EGU General Assembly 2022
© Author(s) 2022. This work is distributed under
the Creative Commons Attribution 4.0 License.

Soil organic carbon and nitrate leaching loss in organic and conventional farming systems for the current and near future climate 

Elena Valkama1,2, Alessia Perego3, and Marco Acutis3
Elena Valkama et al.
  • 1Natural Resources Institute Finland (LUKE), Bioeconomy and environment/ Sustainability Science and Indicators, Jokioinen, Finland (
  • 2Finnish Organic Research Institute (FORI), Mikkeli, Finland
  • 3University of Milan, Department of Agricultural and Environmental Sciences - Production, Landscape, Agroenergy, Milan, Italy (;

In Finland, nitrate (N) leaching loss and soil organic carbon (SOC) decrease are current environmental threats. The aim of the study is to simulate soil C dynamic and N leaching loss for conventional (C) and organic (O) farming systems producing either crops or livestock in South Savo (Finland). Simulations were carried out by using the process-based model ARMOSA for both current (1999-2018) and near future climate scenarios (2020-2040, RCP 6.0: annual change + 0.8 °C, –70 mm). Daily meteorological data from Mikkeli station, and the statistical data in the region during the last 20 years served as model inputs.

Five-year crop rotations were simulated on loamy sand soil (C 3.5 %, C/N ratio 17, pH 6.2).  In crop farm, rotations included cereals (with fodder pea in the organic farm), oilseed rape and grass, while in the livestock farm, the rotation consisted of two years of cereals followed by a 3-year fescue and timothy meadow (with clover in the organic farm). In the crop farm, we simulated three conventional cropping systems: mineral fertilizer with either crop residues removed (C1–R) or incorporated into soil (C1+R), mineral fertilizer + slurry, residues incorporated (C2+R); and two organic systems: green manure (O1+R) or meat and bone meal-based commercial organic fertilizer, Ecolan Agra® (O2+R). In the livestock farm, we simulated conventional and organic cropping systems: mineral fertilizer + slurry with either residues removed (LC–R) or incorporated into soil (LC+R); slurry with either residues removed (LO–R) or incorporated (LO+R).

 The results showed that conventional crop production systems led to relevant SOC decline of 500-750 kg ha–1yr–1 at 0-30 cm soil depth, while organic systems showed either less SOC decline (120 kg ha–1yr–1) as in O1+R, or slight SOC increase (55 kg ha–1yr–1) as in O2+R. Under the future climatic conditions, the model estimated a faster degradation of SOC for all the cropping systems, except for O2+R that still resulted in a negligible SOC increase. Annual N leaching predicted to be about 10 kg NO3-N ha–1 yr–1 for conventional crop farm, while 3 kg NO3-N ha–1 yr1 for organic crop farm with green manure. Under the future climate scenario, conventional cropping systems are prone to an increased N leaching loss, up to 20 kg NO3-N ha–1 yr–1, but organic systems do not.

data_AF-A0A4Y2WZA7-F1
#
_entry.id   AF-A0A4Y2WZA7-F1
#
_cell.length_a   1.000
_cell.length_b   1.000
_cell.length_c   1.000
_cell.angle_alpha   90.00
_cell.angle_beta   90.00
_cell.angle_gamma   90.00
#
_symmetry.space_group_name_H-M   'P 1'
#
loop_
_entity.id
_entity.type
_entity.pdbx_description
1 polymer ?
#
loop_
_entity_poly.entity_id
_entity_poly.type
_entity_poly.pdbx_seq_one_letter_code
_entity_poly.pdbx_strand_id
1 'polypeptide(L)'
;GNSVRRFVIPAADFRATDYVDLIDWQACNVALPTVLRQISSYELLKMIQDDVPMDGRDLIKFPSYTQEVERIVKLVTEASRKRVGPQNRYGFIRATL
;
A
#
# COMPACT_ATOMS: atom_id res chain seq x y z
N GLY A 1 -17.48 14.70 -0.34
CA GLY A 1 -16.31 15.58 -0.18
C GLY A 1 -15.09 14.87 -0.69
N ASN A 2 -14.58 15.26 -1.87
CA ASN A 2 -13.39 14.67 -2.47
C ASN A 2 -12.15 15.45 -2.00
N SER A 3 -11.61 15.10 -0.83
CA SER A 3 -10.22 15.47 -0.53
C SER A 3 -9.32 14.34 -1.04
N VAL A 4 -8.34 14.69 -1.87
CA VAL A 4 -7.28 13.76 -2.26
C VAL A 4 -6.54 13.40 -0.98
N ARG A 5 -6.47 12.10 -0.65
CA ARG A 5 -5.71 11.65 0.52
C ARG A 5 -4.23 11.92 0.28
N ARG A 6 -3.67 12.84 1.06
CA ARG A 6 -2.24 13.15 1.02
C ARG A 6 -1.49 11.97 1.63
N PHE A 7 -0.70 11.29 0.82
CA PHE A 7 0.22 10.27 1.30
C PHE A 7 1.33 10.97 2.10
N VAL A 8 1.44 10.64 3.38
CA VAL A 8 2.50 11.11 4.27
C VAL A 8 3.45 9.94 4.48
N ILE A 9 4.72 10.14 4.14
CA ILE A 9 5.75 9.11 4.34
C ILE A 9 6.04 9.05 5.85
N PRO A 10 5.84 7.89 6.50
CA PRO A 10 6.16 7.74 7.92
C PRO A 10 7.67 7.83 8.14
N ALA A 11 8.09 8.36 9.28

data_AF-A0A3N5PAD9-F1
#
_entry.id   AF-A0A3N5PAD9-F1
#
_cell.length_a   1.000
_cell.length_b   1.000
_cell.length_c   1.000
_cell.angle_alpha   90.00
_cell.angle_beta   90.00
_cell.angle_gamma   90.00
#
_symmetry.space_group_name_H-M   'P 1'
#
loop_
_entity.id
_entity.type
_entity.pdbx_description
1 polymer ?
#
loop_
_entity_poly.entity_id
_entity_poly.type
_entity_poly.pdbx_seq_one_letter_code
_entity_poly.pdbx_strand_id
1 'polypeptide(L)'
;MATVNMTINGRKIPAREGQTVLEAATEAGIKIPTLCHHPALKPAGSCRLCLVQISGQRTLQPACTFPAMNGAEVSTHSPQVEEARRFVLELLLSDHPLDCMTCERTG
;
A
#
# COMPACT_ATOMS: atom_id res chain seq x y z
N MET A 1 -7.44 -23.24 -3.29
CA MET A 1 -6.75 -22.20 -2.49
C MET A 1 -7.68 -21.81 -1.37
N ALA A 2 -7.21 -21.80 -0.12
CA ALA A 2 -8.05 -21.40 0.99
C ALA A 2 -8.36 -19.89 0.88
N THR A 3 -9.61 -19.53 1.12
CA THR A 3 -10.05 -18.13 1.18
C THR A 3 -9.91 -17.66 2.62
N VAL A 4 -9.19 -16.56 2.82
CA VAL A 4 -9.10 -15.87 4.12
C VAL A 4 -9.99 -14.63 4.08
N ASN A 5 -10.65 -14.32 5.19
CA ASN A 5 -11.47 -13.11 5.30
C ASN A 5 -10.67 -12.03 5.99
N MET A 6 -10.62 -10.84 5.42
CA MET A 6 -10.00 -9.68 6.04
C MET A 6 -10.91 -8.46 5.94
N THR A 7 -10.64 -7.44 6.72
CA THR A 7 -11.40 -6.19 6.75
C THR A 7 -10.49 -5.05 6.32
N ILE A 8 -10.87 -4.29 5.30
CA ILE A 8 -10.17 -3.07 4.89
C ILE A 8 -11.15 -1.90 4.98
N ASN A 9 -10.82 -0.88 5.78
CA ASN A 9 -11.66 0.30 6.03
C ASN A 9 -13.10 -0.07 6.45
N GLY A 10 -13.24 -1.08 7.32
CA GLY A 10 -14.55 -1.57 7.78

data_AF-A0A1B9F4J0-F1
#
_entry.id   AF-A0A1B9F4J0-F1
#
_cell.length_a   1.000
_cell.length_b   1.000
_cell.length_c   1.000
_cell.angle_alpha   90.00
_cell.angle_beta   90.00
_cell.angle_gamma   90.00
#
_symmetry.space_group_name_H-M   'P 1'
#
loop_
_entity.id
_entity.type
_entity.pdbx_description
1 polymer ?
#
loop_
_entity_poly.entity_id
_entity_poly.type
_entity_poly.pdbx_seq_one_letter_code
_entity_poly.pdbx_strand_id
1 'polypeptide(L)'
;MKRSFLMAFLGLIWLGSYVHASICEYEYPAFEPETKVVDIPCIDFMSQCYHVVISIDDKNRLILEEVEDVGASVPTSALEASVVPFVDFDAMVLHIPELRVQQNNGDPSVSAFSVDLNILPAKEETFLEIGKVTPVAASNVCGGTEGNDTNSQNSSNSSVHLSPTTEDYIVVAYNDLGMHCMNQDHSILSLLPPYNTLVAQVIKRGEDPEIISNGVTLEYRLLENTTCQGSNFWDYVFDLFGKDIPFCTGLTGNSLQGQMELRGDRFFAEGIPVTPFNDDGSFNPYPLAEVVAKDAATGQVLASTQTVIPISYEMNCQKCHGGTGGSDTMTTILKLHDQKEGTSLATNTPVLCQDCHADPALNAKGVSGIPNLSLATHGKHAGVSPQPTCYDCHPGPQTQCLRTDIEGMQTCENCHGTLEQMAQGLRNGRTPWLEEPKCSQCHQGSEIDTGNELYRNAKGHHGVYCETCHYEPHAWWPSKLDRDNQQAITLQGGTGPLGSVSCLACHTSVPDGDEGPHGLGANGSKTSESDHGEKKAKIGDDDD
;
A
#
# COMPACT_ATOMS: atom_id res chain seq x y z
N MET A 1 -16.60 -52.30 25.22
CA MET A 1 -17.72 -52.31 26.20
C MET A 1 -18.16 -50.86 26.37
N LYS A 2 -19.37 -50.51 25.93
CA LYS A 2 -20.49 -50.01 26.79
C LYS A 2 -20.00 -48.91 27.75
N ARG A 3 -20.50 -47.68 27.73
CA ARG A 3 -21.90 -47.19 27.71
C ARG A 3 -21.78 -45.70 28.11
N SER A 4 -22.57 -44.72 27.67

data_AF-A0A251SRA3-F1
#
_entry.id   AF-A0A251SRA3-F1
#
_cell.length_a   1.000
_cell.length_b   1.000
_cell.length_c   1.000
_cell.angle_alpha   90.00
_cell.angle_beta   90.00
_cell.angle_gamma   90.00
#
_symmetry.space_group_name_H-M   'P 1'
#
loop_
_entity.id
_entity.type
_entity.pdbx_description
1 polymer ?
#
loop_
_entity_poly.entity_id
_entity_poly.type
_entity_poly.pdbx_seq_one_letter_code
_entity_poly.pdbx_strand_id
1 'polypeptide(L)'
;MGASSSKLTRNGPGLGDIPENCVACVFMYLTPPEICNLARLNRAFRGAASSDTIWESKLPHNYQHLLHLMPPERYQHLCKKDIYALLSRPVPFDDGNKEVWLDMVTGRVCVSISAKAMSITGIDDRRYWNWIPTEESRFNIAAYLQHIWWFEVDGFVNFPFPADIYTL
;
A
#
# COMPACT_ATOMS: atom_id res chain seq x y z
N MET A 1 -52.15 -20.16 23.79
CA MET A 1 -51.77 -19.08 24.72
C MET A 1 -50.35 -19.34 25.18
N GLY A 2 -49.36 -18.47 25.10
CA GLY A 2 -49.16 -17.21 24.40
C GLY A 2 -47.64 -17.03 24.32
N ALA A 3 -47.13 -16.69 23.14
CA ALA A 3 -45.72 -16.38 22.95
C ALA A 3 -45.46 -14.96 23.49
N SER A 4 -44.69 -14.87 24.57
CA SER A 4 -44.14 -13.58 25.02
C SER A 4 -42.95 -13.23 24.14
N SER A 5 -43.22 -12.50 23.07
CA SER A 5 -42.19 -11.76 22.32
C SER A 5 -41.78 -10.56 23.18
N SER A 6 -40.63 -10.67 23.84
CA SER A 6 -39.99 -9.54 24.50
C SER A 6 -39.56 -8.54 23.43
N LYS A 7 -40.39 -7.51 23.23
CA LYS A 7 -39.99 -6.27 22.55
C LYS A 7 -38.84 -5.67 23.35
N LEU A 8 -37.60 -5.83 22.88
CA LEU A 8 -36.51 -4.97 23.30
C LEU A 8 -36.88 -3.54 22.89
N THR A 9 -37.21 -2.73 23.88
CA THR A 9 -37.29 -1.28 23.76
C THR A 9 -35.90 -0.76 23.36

The simulation of livestock farm showed a loss of SOC about 25-160 kg ha–1yr–1 in LC–R, LC+R and LO–R, while a small SOC increase of 20 kg ha–1yr–1 in LO+R.  Annual N leaching loss varied between 6 and 9 kg NO3-N ha–1 yr1 with very little differences between organic and conventional systems due to use of perennial grass in rotation and slurry as N-fertilizer. In the future climate, the model forecasted an overall increase of SOC losses for all systems, and the larger N loss in organic livestock farm, up to 15 kg ha–1 yr–1.

In conclusion, the modelling results suggest that organic crop production farms can be more environmentally friendly per unit area compared to conventional farms, particularly under the future climate scenario. 

How to cite: Valkama, E., Perego, A., and Acutis, M.: Soil organic carbon and nitrate leaching loss in organic and conventional farming systems for the current and near future climate , EGU General Assembly 2022, Vienna, Austria, 23–27 May 2022, EGU22-2269,, 2022.


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